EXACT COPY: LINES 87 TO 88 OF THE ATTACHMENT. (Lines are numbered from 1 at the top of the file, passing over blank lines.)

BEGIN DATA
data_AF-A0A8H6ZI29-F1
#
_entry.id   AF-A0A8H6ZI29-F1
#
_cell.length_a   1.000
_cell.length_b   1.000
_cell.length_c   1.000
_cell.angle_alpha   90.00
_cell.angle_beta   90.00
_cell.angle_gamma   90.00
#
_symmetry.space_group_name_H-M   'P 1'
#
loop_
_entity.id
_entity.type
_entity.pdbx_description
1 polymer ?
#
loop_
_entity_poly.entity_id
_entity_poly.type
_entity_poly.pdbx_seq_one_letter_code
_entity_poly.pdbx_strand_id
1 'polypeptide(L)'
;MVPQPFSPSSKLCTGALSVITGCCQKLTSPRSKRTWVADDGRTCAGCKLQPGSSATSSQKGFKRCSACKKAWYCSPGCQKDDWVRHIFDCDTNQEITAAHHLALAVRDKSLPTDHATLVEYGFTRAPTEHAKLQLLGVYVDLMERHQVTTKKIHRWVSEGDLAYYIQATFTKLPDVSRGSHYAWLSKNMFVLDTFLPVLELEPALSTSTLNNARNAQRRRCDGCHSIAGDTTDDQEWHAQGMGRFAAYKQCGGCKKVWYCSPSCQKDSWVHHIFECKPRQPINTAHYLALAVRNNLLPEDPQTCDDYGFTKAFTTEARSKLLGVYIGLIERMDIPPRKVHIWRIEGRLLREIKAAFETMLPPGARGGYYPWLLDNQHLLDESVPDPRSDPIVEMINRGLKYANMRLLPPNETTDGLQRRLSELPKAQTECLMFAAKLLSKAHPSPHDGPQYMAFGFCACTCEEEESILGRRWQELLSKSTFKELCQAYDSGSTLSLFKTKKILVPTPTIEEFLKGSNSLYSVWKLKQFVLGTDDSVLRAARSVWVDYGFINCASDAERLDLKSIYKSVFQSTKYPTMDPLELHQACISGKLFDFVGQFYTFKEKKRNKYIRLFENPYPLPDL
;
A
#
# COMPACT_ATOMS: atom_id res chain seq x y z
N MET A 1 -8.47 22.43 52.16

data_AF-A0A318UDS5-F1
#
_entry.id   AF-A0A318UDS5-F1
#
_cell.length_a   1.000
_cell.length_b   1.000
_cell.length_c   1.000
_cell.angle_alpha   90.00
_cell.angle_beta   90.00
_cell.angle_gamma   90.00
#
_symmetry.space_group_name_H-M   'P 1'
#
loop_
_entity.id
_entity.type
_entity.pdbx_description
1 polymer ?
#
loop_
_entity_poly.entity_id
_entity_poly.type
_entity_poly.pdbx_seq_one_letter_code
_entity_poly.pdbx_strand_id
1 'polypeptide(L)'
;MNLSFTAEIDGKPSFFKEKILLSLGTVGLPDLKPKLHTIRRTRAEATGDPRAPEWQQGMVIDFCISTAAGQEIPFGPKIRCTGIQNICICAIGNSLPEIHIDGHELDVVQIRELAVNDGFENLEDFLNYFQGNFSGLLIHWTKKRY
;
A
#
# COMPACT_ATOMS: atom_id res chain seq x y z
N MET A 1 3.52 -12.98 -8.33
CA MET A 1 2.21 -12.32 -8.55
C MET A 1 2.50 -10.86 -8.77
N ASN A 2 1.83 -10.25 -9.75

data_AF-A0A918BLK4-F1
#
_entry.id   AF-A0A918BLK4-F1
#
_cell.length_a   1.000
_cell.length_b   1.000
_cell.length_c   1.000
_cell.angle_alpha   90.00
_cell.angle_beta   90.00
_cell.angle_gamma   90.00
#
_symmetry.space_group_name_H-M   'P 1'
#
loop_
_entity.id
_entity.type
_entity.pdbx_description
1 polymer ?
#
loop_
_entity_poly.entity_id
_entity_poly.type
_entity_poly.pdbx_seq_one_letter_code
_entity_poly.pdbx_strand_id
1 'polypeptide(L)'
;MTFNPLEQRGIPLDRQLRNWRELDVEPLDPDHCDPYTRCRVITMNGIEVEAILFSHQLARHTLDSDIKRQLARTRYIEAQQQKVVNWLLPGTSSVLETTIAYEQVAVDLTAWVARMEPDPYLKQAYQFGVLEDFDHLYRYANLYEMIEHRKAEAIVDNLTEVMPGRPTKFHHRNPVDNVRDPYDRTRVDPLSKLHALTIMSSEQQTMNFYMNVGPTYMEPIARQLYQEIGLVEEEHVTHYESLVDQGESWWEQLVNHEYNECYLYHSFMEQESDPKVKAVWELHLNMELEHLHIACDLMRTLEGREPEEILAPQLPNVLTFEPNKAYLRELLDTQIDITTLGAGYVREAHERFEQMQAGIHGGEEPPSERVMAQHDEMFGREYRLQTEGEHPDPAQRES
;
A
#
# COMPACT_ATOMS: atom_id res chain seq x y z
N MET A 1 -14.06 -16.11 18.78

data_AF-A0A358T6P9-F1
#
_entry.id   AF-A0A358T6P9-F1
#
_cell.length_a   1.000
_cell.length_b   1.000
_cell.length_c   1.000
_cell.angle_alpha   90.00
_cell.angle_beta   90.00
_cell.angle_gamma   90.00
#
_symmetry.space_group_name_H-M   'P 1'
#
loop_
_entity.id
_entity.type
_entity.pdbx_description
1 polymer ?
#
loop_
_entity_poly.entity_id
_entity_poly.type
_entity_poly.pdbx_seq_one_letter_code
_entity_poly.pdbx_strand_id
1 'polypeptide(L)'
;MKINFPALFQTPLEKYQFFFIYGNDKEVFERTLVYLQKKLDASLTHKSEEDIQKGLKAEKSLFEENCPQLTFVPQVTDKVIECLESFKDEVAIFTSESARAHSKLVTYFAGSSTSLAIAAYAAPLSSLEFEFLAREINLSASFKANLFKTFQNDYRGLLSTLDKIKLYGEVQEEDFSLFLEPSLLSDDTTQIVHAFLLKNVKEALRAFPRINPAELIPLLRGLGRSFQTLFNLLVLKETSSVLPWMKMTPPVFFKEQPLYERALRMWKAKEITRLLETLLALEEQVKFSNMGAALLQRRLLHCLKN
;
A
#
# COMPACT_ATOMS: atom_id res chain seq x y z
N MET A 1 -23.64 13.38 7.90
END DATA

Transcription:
_entity_poly.type
_entity_poly.pdbx_seq_one_letter_code